When I was a youngster, Batman was my favorite super-hero. It was the George Reeves Superman on TV that introduced me to the genre, but, once I started buying comic books, it was the Caped Crusader all the way.
Before I decided I wanted to write comics, I wanted to be Batman. Even if my parents were not wealthy and hadn’t been gunned down in an alley, I figured that, with dedication and work, I could be the Batman.
I was even training myself. I had this shoe box containing weather maps I’d clipped from the newspapers and envelopes filled with dirt samples from around our neighborhood. If the bully down the street committed a crime and left dirt behind, I would be able to prove it came from his yard. I don’t know what happened to that crime-lab in a shoe box. I’d like to think it’ll turn up someday and completely confound whoever finds it.
When Batman debuted on TV, I was insulted by the series playing my hero for laughs. But I still watched every episode and went to the movie that came out that summer. It was only in the past decade or so that I came to appreciate that the series is fun and, in so many ways, faithful to Batman and his comic-book mythos.
Batman: Return of the Caped Crusaders (2016) reunited three of the original cast members of the TV show: Adam West, Burt Ward and the always glorious Julie Newmar. The animated feature was directed by Rick Morales from a screenplay by Michael Jelenic and James Tucker. With a deliciously cold Pepsi Wild Cherry, a big bowl of popcorn, and my cat Simba showing a mild interest whenever Newmar spoke, I was ready to be entertained and even delighted.
From the Internet Movie Database summary:
Batman and Robin spring into action when Gotham City is threatened by Penguin, The Joker, Riddler and Catwoman. This time, the four super villains have combined their wicked talents to hatch a plot so nefarious that the Dynamic Duo really have their hands full.
So it’s a kind of sort of the sequel to the 1966 live-action movie.
There’s even a nod to movie Catwoman Lee Meriwether and alternate TV Catwoman Eartha Kitt when a drugged Batman sees three different Catwomen. As if that were a bad thing.
The villains steal a “diabolical” replica gun that creates endless counterparts of anything, including human beings. Batman and Robin capture the three male villains, but, as a result of the drug that he was exposed to, Batman becomes a super-control-freak. He makes countless duplicates of himself and pretty much takes over Gotham City, firing Commissioner Gordon, Chief O’Hara, the mayor, a judge and so on. He becomes more brutal and seems likely to start killing people if this continues. A reluctant Robin teams up with Catwoman, who was betrayed and nearly killed by the other villains, to try to set Batman to rights.
Return of the Caped Crusaders is a split-personality movie. For the first half of the movie, it’s almost a beat-by-beat episode of the TV series without the wink-wink charm of the original. The second half gets surprisingly and uncomfortably dark.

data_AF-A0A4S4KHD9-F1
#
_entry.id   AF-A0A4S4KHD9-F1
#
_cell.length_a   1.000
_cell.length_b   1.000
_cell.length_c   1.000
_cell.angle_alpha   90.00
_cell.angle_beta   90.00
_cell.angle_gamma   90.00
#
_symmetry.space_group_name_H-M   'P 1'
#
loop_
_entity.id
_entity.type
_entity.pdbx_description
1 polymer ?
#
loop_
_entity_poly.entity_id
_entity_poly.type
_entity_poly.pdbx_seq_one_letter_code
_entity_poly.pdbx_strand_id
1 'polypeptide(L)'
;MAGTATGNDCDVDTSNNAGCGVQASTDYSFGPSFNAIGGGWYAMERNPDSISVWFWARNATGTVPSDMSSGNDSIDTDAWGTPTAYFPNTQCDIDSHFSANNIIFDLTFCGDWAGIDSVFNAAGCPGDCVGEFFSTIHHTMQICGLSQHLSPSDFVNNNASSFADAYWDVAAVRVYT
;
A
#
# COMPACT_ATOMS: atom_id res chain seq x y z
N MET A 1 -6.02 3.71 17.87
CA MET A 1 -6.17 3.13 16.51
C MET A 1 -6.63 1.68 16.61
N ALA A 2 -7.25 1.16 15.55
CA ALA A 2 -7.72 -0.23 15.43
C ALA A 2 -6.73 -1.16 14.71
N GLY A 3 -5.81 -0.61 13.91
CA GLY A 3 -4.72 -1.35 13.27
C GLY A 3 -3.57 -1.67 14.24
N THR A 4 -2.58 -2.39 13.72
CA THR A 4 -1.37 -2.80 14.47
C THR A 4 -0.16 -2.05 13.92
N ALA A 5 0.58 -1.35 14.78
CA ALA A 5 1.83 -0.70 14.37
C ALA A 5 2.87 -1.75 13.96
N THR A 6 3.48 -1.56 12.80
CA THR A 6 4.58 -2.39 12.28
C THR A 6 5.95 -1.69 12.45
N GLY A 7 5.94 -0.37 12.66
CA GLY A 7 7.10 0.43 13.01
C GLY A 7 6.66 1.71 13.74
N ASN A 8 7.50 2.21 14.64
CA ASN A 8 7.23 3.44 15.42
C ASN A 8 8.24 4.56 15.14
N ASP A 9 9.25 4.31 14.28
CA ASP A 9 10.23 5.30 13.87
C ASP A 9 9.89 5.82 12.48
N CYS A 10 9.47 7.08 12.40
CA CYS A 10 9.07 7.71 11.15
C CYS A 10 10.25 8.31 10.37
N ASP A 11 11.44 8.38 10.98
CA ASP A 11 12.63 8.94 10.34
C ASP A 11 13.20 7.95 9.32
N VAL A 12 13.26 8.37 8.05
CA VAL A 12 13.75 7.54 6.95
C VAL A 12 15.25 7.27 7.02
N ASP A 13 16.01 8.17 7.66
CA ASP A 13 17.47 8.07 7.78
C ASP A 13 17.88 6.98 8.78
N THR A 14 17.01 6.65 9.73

The voice-action is pretty good, but it takes West and Ward a few scenes to get back into the rhythm of their former roles. Newmar is amazing from the start. The other performers are okay, but I can’t say there are any stand-outs among them.
The bottom line? Keep your expectations on the low side and you’ll enjoy this movie. It’s fun. It has crazy sound effects. It has over a dozen other Bat-villains making appearances. It has all sorts of “in” jokes, enough that I’m going to watch the movie again to see if I can catch them all the second time around.
Batman: Return of the Caped Crusaders was worth the ten bucks that I paid for it and the time I spent watching it. I recommend to all Bat-fans who have come to terms with the 1960s TV series.
Batman vs. Two-Face (2017) is a better animated feature than Return of the Caped Crusaders. West, Ward and Newmar all return. We get a major bonus in William Shatner as Harvey Dent/Two-Face and a cool cameo by Lee Meriwether as prison psychiatrist Lucilee Diamond. We also get Professor Hugo Strange [Jim Ward] and Dr. Quinzel [Sirena Irwin]. Director Morales and writers Jelenic and Tucker also return for this movie. Here’s the IMDb summary:
Gotham City D.A. Harvey Dent is mutilated in a laboratory accident. When the duplicitous Two-Face embarks on a crime spree, Batman and Robin must solve the mystery of his identity while facing off against several other foes.
Strange has invented a device to extract evil from criminals like the Joker, the Riddler and the Penguin. When the experiment takes a bad turn, Dent is exposed to the essence of evil or whatever you want to call it and becomes Two-Face. Obviously, the cartoon opted to forgo the more grisly Two-Face origin from the comic books and other versions. This also allows for other people to experience the same transformation.
Dent is arrested, sentenced, cured, rehabilitated and, incredibly, allowed to be an assistant district attorney. Robin/Dick Grayson is not buying it, which causes a rift between Batman and his partner. This is well played.
Even better played is the jailhouse romance of Batman and Catwoman. It’s corny. It’s sweet. It fits the 1960s demeanor of this feature. Alas, this movie is the last time we’ll know the joy of hearing the Batman voiced by West. He is missed.
Batman Vs. Two-Face is a big fun in 72 minutes. Watch it closely. You’ll see nods to all sorts of geeky things. There are even scenes lifted from Silver Age comic books. It’s my pick of the week.
One before we call it a column. From Amazon, you can now get both Batman vs. Two-Face and Batman: Return of the Caped Crusaders for around ten bucks in a two-film collection. Both animated films are also available on Amazon Prime.
I’m on my way to Los Angeles for several days, but I’ll return next week with more reviews. See you then.
© 2018 Tony Isabella